You might wonder why we don’t find better accommodations? The next Bingwan was 84 kilometers, and 1500 meters up the road, a hard all day ride. Sometimes the basics seem awfully nice after a long hard day, with another one waiting.
Shangri-la is changing as we drop in elevation. The yaks are gone, replaced by mixed breed cows, sheep, goats and donkeys. The high meadows, empty of human habitation, other than seasonal tents, with sparkling air and clear water, have been replaced with terraced fields of crops, villages with substantial houses, roofs filled with drying corn and racks with hay. The people remain friendly and vocal as we pass, our unusual mode of transportation a novelty still.
But there is a change. The prayer flags, stupas and monasteries are fewer, the flags more likely to be tattered and faded, and the architecture increasingly Han and not Tibetan. There have been a few instances of architecture new to us, indicating we are entering an area of more diverse ethnicity. Groups of women walk in brightly decorated dresses and several varieties of head dress.
Today was a nearly perfect cycling day: the road was smooth, and mostly downhill, with just enough cooling upstream breeze. We had a few hills, but none were long. There were friendly people, cute donkeys and goats, spectacular gorge scenery, and all our official interactions at check stations were pleasant. I’m beginning to think we just got a couple of bad eggs, on edge because of the 60th anniversary of Communist China’s founding. The army was even guarding a bridge, complete with sand bagged bunkers, though they seemed relaxed, perhaps because the day, October 1, has come and gone without incident, as far as we know. Unescorted foreigners are still blocked from the Tibetan Autonomous Region, though that was supposed to be lifted this week.
The soldiers gave us the news that we were entering Yunnan at their checkpoint. Sichuan is one big, mountainous province; now we will see what Yunnan has to offer.
Headwaters of the Yangtze
We saw the Yangtze overwhelm our (unknown name) aquamarine river, with a hard line of flood brown. With the load of sediment being carried by the Yangtze, here in the mountains with little agricultural land to contribute to the load, I wonder how long the impoundments behind the Three Gorges Dam, will last before filling up the impoundment? About a week ago we were within 100 kilometers of the true headwaters, much higher in the Himalayas.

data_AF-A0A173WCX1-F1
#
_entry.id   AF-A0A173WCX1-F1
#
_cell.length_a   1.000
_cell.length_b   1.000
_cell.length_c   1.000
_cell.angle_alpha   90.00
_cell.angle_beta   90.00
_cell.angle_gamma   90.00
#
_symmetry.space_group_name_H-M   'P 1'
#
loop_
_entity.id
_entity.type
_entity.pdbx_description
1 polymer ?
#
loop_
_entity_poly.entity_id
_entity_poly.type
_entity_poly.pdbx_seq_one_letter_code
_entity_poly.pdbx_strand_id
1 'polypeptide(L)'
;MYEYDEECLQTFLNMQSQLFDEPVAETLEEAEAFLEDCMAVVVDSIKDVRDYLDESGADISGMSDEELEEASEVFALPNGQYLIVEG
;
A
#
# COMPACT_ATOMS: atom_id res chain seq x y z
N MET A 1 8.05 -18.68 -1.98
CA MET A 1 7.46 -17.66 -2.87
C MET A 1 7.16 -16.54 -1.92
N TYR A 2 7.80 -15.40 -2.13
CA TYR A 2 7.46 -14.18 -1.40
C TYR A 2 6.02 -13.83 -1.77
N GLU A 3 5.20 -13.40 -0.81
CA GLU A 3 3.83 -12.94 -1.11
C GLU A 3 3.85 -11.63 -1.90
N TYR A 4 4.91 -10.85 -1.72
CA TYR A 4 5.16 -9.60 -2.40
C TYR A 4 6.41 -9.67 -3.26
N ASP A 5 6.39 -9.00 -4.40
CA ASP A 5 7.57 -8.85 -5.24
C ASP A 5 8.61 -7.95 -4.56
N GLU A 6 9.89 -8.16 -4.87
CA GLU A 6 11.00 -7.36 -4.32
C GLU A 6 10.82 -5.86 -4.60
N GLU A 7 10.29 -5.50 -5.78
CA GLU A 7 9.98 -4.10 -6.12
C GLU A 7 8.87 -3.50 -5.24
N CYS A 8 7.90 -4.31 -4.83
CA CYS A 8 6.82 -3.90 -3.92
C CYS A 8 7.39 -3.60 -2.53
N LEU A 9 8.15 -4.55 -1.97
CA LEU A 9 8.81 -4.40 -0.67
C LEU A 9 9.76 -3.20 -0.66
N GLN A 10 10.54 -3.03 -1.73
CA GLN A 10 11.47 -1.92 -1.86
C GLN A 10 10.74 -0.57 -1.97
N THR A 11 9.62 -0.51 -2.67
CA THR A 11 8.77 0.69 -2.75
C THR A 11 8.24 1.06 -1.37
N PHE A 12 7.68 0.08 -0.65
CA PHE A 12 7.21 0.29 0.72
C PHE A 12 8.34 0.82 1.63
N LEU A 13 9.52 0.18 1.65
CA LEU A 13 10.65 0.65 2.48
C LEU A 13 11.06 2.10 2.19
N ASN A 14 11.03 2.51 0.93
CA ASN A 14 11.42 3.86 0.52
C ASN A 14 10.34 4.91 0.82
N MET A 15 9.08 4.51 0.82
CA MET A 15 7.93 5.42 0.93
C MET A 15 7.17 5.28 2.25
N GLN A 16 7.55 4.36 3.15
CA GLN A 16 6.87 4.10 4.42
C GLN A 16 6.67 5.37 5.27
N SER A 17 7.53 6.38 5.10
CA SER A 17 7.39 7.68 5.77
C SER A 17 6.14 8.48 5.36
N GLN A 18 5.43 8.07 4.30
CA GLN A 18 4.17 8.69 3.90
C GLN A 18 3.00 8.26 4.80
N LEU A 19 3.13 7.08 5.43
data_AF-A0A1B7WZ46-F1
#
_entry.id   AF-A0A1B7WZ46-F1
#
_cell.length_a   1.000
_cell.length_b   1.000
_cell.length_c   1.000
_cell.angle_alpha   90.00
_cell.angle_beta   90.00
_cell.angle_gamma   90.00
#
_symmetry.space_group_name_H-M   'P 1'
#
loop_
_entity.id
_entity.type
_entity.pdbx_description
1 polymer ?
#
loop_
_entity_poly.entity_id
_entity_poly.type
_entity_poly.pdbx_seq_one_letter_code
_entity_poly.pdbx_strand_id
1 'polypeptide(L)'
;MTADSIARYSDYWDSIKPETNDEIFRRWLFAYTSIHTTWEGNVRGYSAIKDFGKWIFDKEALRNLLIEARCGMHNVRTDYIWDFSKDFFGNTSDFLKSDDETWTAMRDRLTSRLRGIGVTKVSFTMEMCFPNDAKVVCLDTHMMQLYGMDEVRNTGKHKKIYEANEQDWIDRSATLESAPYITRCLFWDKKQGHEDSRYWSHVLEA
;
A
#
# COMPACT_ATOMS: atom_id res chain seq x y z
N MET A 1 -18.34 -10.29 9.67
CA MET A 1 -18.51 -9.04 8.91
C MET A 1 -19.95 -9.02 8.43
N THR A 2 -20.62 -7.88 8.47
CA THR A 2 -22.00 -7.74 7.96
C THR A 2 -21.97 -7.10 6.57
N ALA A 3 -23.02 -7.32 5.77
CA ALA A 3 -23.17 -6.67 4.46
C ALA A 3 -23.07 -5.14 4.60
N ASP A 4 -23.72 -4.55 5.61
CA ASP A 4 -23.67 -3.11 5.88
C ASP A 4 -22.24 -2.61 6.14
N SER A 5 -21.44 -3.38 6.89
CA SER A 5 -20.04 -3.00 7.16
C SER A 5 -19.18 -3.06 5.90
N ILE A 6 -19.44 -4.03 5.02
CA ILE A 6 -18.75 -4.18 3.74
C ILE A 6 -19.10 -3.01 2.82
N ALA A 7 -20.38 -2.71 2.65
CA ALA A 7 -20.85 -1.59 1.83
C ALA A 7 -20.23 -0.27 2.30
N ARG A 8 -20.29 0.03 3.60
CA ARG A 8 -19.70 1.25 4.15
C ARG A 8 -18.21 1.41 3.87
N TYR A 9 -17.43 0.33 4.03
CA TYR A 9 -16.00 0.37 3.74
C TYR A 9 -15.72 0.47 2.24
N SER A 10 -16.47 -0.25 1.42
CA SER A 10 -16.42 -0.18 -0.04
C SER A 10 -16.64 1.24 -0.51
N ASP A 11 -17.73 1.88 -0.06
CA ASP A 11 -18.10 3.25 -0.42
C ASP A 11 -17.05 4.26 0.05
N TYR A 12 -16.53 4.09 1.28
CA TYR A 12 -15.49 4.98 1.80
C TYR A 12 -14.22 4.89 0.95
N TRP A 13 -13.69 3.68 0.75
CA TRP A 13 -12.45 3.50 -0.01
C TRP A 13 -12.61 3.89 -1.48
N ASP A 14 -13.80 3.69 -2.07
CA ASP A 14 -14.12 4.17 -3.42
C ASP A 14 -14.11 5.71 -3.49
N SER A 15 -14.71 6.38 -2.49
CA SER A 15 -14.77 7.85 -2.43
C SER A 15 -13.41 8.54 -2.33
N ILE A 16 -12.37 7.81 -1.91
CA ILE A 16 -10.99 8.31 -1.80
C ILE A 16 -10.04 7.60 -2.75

We were in a spectacular gorge all day. This is a land of precipitous mountains, still thousands of meters high, and rushing rivers cutting deeply, quickly. We expect to see the famous Tiger Leaping Gorge in a few days, but I can’t imagine it being more spectacular than the ones we have already seen.
We are in a basic dorm guest house tonight, with cold water washing up done at the roadside tap. Oh well, we had a hot water shower the last two nights, and privacy; what do we want anyway?! There is a fandian here; we will test the food, and our dishes will be washed at the same tap. The video explained the other toilet facilities.
Shortly after we turned out the lights the proprietor of the place knocked on our door. That’s usually not a good thing. He repeatedly traced Chinese characters on our door jamb, hoping that one more time would get through to us. I finally figured out that there was something about 8:45 (yes, we were in bed well before 8:45). I went downstairs to see that in the fandian (restaurant), they had laid a table full of festive foods. Evidently, there was to be a party at 8:45 and we were invited. We contributed what was left of some cookies and joined the fun. People dropped by and we snacked on mandarins, tangelos, apples, walnuts, sunflower seeds, boiled peanuts, moon cakes, candy and some type of gingerbread.
Bob had to turn down several offers of cigarettes during the night. We later learned this was for the mid-autumn full moon celebration.